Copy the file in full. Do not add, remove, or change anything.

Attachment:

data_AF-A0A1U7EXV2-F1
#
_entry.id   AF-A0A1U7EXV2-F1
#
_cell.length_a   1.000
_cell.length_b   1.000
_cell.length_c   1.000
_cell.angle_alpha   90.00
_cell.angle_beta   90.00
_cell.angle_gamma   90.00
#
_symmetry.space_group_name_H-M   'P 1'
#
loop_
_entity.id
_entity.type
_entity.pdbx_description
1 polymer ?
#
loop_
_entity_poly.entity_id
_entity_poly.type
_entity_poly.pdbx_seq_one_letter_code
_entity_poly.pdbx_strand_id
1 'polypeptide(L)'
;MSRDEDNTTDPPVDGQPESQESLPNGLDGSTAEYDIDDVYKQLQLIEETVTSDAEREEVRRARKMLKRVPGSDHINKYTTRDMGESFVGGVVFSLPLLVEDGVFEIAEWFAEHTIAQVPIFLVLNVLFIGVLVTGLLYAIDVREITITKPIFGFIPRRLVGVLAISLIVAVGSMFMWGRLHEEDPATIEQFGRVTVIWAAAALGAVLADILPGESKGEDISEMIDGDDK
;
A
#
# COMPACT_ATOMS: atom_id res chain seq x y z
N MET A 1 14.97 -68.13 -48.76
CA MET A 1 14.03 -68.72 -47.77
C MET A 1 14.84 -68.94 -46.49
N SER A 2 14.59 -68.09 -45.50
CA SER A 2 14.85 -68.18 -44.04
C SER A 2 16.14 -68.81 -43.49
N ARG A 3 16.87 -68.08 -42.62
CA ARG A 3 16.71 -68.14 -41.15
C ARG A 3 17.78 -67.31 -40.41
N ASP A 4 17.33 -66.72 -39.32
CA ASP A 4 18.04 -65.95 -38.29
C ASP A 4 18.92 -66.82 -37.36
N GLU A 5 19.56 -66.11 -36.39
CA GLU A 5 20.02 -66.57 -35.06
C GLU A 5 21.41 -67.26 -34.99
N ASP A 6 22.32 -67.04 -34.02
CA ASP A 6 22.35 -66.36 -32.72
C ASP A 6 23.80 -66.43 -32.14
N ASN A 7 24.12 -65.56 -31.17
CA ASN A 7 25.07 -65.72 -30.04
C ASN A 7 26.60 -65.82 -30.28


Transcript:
data_AF-A0A1U7EXV2-F1
#
_entry.id   AF-A0A1U7EXV2-F1
#
_cell.length_a   1.000
_cell.length_b   1.000
_cell.length_c   1.000
_cell.angle_alpha   90.00
_cell.angle_beta   90.00
_cell.angle_gamma   90.00
#
_symmetry.space_group_name_H-M   'P 1'
#
loop_
_entity.id
_entity.type
_entity.pdbx_description
1 polymer ?
#
loop_
_entity_poly.entity_id
_entity_poly.type
_entity_poly.pdbx_seq_one_letter_code
_entity_poly.pdbx_strand_id
1 'polypeptide(L)'
;MSRDEDNTTDPPVDGQPESQESLPNGLDGSTAEYDIDDVYKQLQLIEETVTSDAEREEVRRARKMLKRVPGSDHINKYTTRDMGESFVGGVVFSLPLLVEDGVFEIAEWFAEHTIAQVPIFLVLNVLFIGVLVTGLLYAIDVREITITKPIFGFIPRRLVGVLAISLIVAVGSMFMWGRLHEEDPATIEQFGRVTVIWAAAALGAVLADILPGESKGEDISEMIDGDDK
;
A
#
# COMPACT_ATOMS: atom_id res chain seq x y z
N MET A 1 14.97 -68.13 -48.76
CA MET A 1 14.03 -68.72 -47.77
C MET A 1 14.84 -68.94 -46.49
N SER A 2 14.59 -68.09 -45.50
CA SER A 2 14.85 -68.18 -44.04
C SER A 2 16.14 -68.81 -43.49
N ARG A 3 16.87 -68.08 -42.62
CA ARG A 3 16.71 -68.14 -41.15
C ARG A 3 17.78 -67.31 -40.41
N ASP A 4 17.33 -66.72 -39.32
CA ASP A 4 18.04 -65.95 -38.29
C ASP A 4 18.92 -66.82 -37.36
N GLU A 5 19.56 -66.11 -36.39
CA GLU A 5 20.02 -66.57 -35.06
C GLU A 5 21.41 -67.26 -34.99
N ASP A 6 22.32 -67.04 -34.02
CA ASP A 6 22.35 -66.36 -32.72
C ASP A 6 23.80 -66.43 -32.14
N ASN A 7 24.12 -65.56 -31.17
CA ASN A 7 25.07 -65.72 -30.04
C ASN A 7 26.60 -65.82 -30.28